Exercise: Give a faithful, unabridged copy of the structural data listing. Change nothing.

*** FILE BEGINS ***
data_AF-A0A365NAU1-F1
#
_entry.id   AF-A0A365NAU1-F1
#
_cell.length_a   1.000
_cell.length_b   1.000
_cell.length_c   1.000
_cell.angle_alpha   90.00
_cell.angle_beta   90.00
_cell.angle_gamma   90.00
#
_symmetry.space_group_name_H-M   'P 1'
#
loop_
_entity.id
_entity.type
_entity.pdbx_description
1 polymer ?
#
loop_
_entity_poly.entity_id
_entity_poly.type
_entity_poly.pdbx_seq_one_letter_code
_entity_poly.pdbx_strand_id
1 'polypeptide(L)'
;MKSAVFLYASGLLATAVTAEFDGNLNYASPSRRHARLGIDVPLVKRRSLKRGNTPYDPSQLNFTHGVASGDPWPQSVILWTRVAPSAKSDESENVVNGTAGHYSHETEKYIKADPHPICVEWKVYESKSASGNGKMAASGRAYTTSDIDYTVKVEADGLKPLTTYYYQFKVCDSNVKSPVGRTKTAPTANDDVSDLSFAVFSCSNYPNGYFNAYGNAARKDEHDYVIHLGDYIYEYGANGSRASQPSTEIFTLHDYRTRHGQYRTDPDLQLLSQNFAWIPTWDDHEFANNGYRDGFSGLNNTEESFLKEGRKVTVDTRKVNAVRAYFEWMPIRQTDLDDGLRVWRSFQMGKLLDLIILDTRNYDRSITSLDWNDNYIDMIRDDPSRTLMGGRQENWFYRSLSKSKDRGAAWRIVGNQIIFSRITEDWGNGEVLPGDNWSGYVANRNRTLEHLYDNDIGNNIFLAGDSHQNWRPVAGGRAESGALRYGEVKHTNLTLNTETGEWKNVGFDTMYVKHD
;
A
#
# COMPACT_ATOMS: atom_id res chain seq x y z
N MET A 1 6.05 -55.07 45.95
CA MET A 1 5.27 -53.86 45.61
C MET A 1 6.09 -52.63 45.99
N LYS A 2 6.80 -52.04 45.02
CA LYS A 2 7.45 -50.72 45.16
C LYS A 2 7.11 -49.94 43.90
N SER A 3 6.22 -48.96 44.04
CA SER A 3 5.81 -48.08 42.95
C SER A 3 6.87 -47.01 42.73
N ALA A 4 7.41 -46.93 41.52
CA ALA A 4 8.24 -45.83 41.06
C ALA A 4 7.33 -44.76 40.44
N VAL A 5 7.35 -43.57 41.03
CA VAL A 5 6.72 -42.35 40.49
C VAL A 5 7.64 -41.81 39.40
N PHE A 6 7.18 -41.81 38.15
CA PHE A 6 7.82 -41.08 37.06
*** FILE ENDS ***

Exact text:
data_AF-A0A365NAU1-F1
#
_entry.id   AF-A0A365NAU1-F1
#
_cell.length_a   1.000
_cell.length_b   1.000
_cell.length_c   1.000
_cell.angle_alpha   90.00
_cell.angle_beta   90.00
_cell.angle_gamma   90.00
#
_symmetry.space_group_name_H-M   'P 1'
#
loop_
_entity.id
_entity.type
_entity.pdbx_description
1 polymer ?
#
loop_
_entity_poly.entity_id
_entity_poly.type
_entity_poly.pdbx_seq_one_letter_code
_entity_poly.pdbx_strand_id
1 'polypeptide(L)'
;MKSAVFLYASGLLATAVTAEFDGNLNYASPSRRHARLGIDVPLVKRRSLKRGNTPYDPSQLNFTHGVASGDPWPQSVILWTRVAPSAKSDESENVVNGTAGHYSHETEKYIKADPHPICVEWKVYESKSASGNGKMAASGRAYTTSDIDYTVKVEADGLKPLTTYYYQFKVCDSNVKSPVGRTKTAPTANDDVSDLSFAVFSCSNYPNGYFNAYGNAARKDEHDYVIHLGDYIYEYGANGSRASQPSTEIFTLHDYRTRHGQYRTDPDLQLLSQNFAWIPTWDDHEFANNGYRDGFSGLNNTEESFLKEGRKVTVDTRKVNAVRAYFEWMPIRQTDLDDGLRVWRSFQMGKLLDLIILDTRNYDRSITSLDWNDNYIDMIRDDPSRTLMGGRQENWFYRSLSKSKDRGAAWRIVGNQIIFSRITEDWGNGEVLPGDNWSGYVANRNRTLEHLYDNDIGNNIFLAGDSHQNWRPVAGGRAESGALRYGEVKHTNLTLNTETGEWKNVGFDTMYVKHD
;
A
#
# COMPACT_ATOMS: atom_id res chain seq x y z
N MET A 1 6.05 -55.07 45.95
CA MET A 1 5.27 -53.86 45.61
C MET A 1 6.09 -52.63 45.99
N LYS A 2 6.80 -52.04 45.02
CA LYS A 2 7.45 -50.72 45.16
C LYS A 2 7.11 -49.94 43.90
N SER A 3 6.22 -48.96 44.04
CA SER A 3 5.81 -48.08 42.95
C SER A 3 6.87 -47.01 42.73
N ALA A 4 7.41 -46.93 41.52
CA ALA A 4 8.24 -45.83 41.06
C ALA A 4 7.33 -44.76 40.44
N VAL A 5 7.35 -43.57 41.03
CA VAL A 5 6.72 -42.35 40.49
C VAL A 5 7.64 -41.81 39.40
N PHE A 6 7.18 -41.81 38.15
CA PHE A 6 7.82 -41.08 37.06